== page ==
Argued December 3, 1888
Decided December 11, 1888
Albert Cardozo, Jr., for appellant.
Thomas E. Pearsall for respondent.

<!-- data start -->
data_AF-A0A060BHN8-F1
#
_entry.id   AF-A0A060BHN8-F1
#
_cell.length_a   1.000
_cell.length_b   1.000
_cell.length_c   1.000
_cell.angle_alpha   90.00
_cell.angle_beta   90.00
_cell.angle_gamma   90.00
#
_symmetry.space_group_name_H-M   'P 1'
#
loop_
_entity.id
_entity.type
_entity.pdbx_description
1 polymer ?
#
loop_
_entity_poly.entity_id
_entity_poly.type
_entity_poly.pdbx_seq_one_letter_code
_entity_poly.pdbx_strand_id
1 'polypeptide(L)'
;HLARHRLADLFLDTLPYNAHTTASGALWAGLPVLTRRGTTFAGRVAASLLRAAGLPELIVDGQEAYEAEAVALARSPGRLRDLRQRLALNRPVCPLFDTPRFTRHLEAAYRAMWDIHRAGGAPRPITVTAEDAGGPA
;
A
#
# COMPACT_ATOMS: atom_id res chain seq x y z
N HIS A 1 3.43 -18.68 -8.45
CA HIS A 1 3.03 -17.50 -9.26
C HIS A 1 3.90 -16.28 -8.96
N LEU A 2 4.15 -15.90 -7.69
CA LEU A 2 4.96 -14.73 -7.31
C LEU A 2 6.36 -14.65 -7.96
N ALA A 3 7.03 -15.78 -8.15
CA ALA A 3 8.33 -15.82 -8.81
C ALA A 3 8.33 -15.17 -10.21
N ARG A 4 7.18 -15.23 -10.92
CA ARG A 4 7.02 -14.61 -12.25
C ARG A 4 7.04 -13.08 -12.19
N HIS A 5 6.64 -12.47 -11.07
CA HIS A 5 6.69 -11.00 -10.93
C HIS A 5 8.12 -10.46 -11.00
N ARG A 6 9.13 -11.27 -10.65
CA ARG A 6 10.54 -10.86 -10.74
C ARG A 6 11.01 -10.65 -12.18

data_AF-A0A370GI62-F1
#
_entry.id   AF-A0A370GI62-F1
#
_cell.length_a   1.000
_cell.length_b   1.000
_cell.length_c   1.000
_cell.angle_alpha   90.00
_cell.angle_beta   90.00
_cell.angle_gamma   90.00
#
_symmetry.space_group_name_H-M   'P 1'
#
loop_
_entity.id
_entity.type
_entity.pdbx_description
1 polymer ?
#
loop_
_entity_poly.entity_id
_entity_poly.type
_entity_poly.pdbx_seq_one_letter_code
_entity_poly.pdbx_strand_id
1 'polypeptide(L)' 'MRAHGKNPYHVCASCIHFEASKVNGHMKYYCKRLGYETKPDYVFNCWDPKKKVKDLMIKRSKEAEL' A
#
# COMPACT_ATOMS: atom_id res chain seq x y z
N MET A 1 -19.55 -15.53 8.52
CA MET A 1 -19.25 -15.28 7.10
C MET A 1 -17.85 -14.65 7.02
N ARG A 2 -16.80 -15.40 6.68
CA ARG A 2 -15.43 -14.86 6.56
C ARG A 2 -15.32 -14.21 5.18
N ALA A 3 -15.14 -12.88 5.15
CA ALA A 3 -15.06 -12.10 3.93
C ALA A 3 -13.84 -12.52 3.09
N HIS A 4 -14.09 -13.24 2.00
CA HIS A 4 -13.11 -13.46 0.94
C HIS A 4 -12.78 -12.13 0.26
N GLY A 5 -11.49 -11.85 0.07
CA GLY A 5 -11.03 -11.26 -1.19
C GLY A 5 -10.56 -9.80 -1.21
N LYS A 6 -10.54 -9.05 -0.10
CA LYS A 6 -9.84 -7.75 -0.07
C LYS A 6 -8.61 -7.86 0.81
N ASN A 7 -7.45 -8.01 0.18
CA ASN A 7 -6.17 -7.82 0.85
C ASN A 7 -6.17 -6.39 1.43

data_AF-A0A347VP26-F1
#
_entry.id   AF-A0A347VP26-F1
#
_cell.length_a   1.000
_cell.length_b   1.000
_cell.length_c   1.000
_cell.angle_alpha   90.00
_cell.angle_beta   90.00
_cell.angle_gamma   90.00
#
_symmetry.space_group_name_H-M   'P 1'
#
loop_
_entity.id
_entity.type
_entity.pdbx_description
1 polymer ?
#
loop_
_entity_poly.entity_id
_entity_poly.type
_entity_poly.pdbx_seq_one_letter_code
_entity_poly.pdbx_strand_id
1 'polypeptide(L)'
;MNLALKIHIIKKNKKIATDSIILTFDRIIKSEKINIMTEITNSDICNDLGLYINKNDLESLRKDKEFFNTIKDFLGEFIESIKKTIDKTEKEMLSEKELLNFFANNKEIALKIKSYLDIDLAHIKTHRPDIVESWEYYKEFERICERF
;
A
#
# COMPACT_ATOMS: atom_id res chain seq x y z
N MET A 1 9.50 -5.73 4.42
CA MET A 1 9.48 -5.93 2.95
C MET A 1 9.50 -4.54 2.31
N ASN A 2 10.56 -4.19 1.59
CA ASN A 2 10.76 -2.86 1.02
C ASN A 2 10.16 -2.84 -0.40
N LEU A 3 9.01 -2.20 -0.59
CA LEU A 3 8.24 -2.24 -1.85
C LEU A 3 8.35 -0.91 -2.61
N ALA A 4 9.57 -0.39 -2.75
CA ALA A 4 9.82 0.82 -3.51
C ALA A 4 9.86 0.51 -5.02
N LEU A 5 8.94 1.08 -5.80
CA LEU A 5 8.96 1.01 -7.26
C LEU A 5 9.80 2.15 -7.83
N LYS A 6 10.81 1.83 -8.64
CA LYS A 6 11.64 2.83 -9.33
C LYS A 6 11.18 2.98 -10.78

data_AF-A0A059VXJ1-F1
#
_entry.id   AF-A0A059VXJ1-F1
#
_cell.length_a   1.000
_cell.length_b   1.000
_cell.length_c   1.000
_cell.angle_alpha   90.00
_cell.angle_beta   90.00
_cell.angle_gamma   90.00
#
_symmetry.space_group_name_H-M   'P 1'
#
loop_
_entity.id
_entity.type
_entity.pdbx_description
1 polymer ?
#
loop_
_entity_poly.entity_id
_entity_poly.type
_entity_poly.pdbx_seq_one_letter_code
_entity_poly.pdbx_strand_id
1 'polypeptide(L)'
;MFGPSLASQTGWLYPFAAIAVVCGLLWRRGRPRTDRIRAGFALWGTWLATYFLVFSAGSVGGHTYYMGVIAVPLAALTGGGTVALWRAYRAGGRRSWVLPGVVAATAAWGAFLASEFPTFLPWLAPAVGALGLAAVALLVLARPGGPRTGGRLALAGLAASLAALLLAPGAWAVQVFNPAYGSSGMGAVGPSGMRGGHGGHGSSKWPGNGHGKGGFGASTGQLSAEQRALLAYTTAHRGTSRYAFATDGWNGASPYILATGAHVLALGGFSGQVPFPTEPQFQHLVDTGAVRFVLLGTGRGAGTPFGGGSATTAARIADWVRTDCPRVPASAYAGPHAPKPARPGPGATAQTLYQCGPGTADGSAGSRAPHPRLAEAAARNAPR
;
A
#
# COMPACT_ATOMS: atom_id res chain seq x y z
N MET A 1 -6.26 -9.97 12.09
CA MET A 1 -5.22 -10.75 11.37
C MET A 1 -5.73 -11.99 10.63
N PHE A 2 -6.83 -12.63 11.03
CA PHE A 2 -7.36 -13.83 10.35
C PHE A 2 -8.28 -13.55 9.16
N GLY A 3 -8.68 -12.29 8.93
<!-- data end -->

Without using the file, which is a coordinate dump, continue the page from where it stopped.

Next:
The plaintiff's counsel makes the singular claim that the decision rendered by the General Term upon the first appeal, was res adjudicata between the parties, and was, therefore, binding and conclusive upon them in all the subsequent litigation, even in this court. That decision did not result in any judgment, and all that was decided thereby was that the verdict ought not to have been directed, and that the case should have been submitted to the jury. What was said in the opinion did not bind any one, not even the judge who wrote it. Every question of law raised in the court below appearing in the record can, therefore, be considered here as if the decision of the General Term, which is now under review, had been rendered upon a first appeal.